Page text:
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Suggested Citation:"A References." Institute of Medicine. 2008. Research Priorities in Emergency Preparedness and Response for Public Health Systems: A Letter Report. Washington, DC: The National Academies Press. doi: 10.17226/12136.
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Page 29
Suggested Citation:"A References." Institute of Medicine. 2008. Research Priorities in Emergency Preparedness and Response for Public Health Systems: A Letter Report. Washington, DC: The National Academies Press. doi: 10.17226/12136.
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Page 30

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A References Burkle, F. M., Jr. 2007. Public health emergencies, cancer, and the legacy of Katrina. Prehosp Disaster Med 22(4):291–292. CDC (Centers for Disease Control and Prevention). 2006. Advancing the na- tion’s health: A guide to public health research needs, 2006–2015. Wash- ington, DC: CDC, http://www.cdc.gov/od/science/PHResearch/cdcra/Ad- vancingTheNationsHealth.pdf (accessed December 4, 2007). CDC. 2007. Centers for Public Health Preparedness (CPHP) program. The centers, http://www.bt.cdc.gov/training/cphp/centers.asp (accessed Decem- ber 12, 2007). Council on Linkages Between Academia and Public Health Practice. 2000. Meeting minutes. Wednesday, October 5, 2000, http://www.phf.org/Link/ min102500.pdf (accessed December 23, 2007). DHS (Department of Homeland Security). 2007. DHS National Response Plan, http://www.dhs.gov/xprepresp/committees/editorial_0566.shtm. IOM (Institute of Medicine). 1998. The future of public health. Washington, DC: National Academy Press. IOM. 2001. Crossing the quality chasm: A new health system for the 21st cen- tury. Washington, DC: National Academy Press. IOM. 2002. The future of the public’s health in the 21st century. Washington, DC: The National Academies Press. Nelson, C., N. Lurie, J. Wasserman, and S. Zakowski. 2007. Conceptualizing and defining public health emergency preparedness. Am J Public Health 97(Suppl 1):S9–S11. U.S. Senate. 2006 (August 3). Pandemic and All-Hazards Preparedness Act. Report [to accompany S. 3678]. Report 109–319, http://frwebgate.access. gpo.gov/cgi-bin/getdoc.cgi?dbname=109_cong_reports&docid=f:sr319.109. pdf. (accessed December 23, 2007). 29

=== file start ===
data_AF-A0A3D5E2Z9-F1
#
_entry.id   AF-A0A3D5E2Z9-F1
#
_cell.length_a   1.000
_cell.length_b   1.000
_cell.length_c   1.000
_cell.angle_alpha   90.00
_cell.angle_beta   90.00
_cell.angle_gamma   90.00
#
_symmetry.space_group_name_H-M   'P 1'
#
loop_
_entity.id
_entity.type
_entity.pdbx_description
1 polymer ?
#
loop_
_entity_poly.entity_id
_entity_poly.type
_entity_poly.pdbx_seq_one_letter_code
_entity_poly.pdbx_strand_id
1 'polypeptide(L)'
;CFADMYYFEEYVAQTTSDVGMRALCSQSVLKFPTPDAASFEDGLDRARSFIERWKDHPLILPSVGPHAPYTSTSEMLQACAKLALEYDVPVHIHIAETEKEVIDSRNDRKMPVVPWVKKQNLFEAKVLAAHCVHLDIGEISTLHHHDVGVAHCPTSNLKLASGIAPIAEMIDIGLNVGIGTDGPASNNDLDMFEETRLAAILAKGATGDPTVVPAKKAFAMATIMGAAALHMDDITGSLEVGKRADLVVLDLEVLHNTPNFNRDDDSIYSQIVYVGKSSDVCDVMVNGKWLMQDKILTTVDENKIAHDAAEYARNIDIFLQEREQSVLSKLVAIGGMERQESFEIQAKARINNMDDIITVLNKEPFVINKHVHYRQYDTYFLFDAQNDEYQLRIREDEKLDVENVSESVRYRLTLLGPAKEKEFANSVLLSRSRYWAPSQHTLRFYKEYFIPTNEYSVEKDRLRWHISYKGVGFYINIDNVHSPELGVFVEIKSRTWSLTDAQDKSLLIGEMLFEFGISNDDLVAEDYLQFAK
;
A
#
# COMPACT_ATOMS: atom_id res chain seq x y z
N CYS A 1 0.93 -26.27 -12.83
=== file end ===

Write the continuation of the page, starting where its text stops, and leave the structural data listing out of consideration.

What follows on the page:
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Schools of public health act as a resource by providing expertise to strengthen our nation's emergency response systems. In response to the Pandemic and All Hazards Preparedness Act (PAHPA), there is an immediate and critical need to define research priorities for the Centers for Public Health Preparedness (CPHP) at schools of public health. It is because of this crucial need, that the Institute of Medicine (IOM) convened an ad hoc committee, conducted a fast-track study, and issued the book entitled Research Priorities in Emergency Preparedness and Response for Public Health Systems. The book defines a set of near-term research priorities for emergency preparedness and response in public health systems. These priorities will be used by the Coordinating Office for Terrorism Preparedness and Emergency Response (COPTER) to help develop a research agenda that will in turn be used to inform research funding opportunity announcements.

After considering the information presented during the public meeting and workshop and based on its expert judgment, the committee identified four priority areas for research that represent specific important aspects of systems of public health preparedness. The four areas are

  • enhancing the usefulness of training;
  • improving timely emergency communications;
  • creating and maintaining sustainable response systems; and
  • generating effectiveness criteria and metrics.
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